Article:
"The relief I got was just the fact that this was over," McNabb said. "I mean, the whole hoopla and coming back - I mean, you couldn't watch any TV without people talking about coming back to Philadelphia. One thing I didn't want was for my teammates to see the whole thing being a distraction for me."
The color of his uniform aside, McNabb said, "I felt like I crossed over the Walt Whitman [Bridge] and parked in the players' parking lot. I've been doing it for 11 years, although Mike has my parking spot now."
But Vick disappeared midway through the second quarter with an injury to his chest and ribs. By then, Washington had already taken a 14-0 lead. The rest of the game felt anticlimactic. Kevin Kolb wasn't able to force Washington out of the shell it settled into after halftime.
With the game falling short in the drama department, all that was left was the reaction of Philadelphia - the fans, the media, the players - to McNabb. That was noteworthy only because it wasn't newsworthy. Nothing was thrown. No one was Tased. The fans cheered as McNabb ran on the field and kept up the applause as he was shown on the big video boards.
It was classy of the fans, classy of the Eagles to feature him on the screens, classy of McNabb to raise his arm in acknowledgment.
"I was overwhelmed a little bit with the standing ovation, the reception that I got," McNabb said.
There were, predictably and appropriately, boos when he stepped between the lines as an opponent.
"You realize you spent 11 years here and you knew it was coming," McNabb said. "You didn't expect them to cheer for me the whole game. It just wouldn't be right."
Besides, there were plenty of boos to go around.
"I think all of the quarterbacks got booed today," McNabb said.
That little witticism was about as close as he came to gloating. And it was more like sly acknowledgment that boos have a different quality depending on who they're coming from. A boo is almost a compliment, a sign of respect, on the road. At home, it's an insult.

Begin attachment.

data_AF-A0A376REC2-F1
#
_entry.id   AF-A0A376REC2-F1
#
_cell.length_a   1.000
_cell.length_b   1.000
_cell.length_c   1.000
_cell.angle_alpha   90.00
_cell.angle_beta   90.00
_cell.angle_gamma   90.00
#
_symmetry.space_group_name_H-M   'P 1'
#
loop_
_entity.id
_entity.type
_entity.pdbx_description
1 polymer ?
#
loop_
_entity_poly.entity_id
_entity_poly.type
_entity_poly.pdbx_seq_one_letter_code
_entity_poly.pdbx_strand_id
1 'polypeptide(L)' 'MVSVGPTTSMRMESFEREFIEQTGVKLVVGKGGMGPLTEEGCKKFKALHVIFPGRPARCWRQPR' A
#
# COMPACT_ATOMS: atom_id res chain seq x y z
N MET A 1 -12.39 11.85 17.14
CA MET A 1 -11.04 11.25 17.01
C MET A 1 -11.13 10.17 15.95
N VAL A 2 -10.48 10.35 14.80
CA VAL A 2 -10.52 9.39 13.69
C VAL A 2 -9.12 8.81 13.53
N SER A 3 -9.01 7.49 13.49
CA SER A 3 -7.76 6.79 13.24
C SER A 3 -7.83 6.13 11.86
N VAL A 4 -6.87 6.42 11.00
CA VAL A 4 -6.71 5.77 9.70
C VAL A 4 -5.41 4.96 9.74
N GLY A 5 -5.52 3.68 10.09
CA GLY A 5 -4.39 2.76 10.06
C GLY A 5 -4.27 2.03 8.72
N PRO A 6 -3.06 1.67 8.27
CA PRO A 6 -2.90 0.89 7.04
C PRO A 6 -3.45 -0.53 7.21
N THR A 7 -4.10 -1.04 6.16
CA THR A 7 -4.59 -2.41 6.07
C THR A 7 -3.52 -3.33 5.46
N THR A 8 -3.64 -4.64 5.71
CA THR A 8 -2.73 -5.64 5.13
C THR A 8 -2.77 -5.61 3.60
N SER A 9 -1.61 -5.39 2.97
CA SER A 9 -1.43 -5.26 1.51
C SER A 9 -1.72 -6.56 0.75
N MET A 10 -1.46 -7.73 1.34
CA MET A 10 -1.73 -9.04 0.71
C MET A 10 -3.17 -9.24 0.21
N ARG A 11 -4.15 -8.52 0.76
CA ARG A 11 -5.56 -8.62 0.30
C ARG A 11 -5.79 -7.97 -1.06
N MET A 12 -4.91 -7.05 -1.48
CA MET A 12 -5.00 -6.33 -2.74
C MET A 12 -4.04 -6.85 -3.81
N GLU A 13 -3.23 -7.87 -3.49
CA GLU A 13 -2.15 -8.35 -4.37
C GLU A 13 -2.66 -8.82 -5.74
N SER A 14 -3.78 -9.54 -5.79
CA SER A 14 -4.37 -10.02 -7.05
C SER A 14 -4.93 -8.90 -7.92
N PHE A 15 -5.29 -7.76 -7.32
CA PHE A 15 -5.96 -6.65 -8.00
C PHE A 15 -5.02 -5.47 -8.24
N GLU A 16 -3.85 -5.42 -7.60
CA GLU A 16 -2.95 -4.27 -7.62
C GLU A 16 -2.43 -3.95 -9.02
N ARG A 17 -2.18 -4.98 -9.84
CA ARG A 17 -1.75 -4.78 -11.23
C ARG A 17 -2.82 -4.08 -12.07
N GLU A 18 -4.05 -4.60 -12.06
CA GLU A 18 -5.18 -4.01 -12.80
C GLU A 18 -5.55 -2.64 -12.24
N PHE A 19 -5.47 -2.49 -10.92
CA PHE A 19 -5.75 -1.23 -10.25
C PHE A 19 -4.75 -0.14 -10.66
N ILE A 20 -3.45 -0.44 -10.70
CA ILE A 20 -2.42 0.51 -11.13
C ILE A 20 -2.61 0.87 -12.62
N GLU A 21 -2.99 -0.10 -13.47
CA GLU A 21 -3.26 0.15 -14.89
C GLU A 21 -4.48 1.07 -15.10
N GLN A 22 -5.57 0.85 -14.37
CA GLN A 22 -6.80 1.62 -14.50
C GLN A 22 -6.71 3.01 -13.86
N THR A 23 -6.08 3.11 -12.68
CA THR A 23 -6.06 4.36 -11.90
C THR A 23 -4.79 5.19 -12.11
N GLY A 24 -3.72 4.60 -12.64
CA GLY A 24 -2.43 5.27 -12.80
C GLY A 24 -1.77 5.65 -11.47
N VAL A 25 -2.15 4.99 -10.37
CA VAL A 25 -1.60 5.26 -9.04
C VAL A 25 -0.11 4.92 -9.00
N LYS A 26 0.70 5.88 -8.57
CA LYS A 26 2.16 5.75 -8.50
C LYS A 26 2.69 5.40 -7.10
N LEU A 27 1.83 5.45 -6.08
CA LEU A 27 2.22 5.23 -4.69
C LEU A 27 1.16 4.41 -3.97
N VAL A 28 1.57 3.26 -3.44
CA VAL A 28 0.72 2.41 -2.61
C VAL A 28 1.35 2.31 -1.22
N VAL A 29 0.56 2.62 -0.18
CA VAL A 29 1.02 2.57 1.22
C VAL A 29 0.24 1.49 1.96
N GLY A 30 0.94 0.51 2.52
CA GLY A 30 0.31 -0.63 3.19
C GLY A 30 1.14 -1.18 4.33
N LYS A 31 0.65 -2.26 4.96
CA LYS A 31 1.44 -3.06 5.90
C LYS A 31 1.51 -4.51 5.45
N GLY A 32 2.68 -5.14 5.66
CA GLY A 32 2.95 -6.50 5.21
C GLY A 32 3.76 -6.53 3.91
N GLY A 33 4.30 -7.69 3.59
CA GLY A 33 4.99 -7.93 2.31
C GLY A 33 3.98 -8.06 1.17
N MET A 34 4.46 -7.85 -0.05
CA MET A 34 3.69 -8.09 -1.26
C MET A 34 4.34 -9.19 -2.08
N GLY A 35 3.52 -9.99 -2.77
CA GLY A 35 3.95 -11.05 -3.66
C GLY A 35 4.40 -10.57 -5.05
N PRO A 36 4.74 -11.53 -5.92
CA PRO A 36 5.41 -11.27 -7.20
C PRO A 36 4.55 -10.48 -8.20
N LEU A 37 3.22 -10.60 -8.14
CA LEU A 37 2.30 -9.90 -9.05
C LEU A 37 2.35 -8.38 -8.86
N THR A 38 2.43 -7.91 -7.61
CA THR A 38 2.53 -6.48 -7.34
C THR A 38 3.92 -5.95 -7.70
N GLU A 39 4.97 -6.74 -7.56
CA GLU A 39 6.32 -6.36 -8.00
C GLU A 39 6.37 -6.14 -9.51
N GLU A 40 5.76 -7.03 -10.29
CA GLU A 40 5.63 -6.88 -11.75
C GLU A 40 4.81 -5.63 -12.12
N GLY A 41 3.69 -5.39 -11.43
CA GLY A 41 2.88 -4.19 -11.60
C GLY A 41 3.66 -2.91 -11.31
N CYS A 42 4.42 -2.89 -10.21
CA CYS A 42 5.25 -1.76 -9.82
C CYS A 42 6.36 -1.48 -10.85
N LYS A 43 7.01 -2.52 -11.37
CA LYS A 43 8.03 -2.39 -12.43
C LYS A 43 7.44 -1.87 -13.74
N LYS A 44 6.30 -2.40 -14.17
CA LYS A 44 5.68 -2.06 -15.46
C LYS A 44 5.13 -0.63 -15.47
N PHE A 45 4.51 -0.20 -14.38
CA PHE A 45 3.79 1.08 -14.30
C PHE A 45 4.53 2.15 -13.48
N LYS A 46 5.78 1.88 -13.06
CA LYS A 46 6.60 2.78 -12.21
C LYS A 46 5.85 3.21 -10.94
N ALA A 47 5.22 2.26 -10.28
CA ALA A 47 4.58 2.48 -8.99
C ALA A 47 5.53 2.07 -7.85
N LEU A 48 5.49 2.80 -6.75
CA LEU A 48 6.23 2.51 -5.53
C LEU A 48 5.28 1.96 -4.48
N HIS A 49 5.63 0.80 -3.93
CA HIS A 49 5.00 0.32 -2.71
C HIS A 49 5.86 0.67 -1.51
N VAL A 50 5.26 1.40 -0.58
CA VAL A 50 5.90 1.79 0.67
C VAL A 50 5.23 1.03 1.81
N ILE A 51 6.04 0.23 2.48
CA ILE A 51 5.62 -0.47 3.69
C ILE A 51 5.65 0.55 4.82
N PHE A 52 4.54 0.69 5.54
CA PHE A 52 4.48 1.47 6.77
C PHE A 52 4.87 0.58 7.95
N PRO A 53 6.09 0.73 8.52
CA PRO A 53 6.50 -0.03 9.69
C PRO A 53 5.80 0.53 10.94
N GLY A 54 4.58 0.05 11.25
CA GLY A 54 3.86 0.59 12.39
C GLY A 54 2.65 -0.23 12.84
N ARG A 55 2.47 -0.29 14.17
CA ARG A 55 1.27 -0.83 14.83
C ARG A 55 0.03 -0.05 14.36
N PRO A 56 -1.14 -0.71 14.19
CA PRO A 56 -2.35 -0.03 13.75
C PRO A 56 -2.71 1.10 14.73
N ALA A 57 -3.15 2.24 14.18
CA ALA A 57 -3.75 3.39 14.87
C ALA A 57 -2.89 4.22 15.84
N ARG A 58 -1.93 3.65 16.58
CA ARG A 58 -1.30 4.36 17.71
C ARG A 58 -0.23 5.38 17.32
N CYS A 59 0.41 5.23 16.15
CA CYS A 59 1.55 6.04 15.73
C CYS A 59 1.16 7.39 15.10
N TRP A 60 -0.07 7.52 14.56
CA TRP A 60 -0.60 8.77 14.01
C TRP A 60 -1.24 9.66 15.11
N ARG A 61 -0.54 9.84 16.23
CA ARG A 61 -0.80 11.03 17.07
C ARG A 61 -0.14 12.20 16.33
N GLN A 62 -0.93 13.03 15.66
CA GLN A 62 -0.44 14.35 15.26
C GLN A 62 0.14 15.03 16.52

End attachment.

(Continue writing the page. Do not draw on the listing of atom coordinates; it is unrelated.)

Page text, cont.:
There were grumblings while Vick was still in the game. His first two drives netted just one first down and a total of 22 yards. McNabb's first two drives netted 14 points, although he didn't have to do much on the first one. Washington coach Mike Shanahan came out of the tunnel running the ball with great success.
"You get into a throwing game, especially here, in this environment with this crowd, you're in for a long day," Shanahan said.
For years, McNabb was on the opposite sideline when the opponent had quick success against the Eagles' game plans. It wasn't McNabb who had to overcome Jason Peters' two holding penalties. It wasn't McNabb who got booed after throwing a check down because his wide receivers couldn't handle physical coverage. It wasn't McNabb who looked like a fool when Andy Reid mismanaged a simple timeout into a delay-of-game penalty - as he did at the end of the first half.
This time, McNabb was merely an interested bystander. Vick got hurt on a brilliant run that was called back because of a holding call on Max Jean-Gilles. Kolb had to walk off the field with his head down after LeSean McCoy's third-quarter fumble.
Right now, Washington does not look like a team capable of helping McNabb complete his quest for a Super Bowl title. But then, the Redskins are just four games into Shanahan's tenure, still learning new systems on both sides of the ball.
"The thing that counts," Shanahan said, "is where you're at at the end of the season."
That was always the mantra around the Eagles during McNabb's tenure. By the end of most of his seasons, the Eagles were driving toward a deep playoff run. That's a ways off, obviously, but Washington could be in worse shape.
"I'm excited that we're 2-0 in the division," McNabb said. "We're 2-2 right now and hopefully we can feed off this."
One of his teammates, looking for a way through the media throng waiting for McNabb in the locker room, summed it up.
"Make room," he said. "NFC East leaders coming through."
For McNabb, that feels very familiar.
Contact columnist Phil Sheridan at 215-854-2844 or email@example.com. Read his recent work at http://go.philly.com/philsheridan.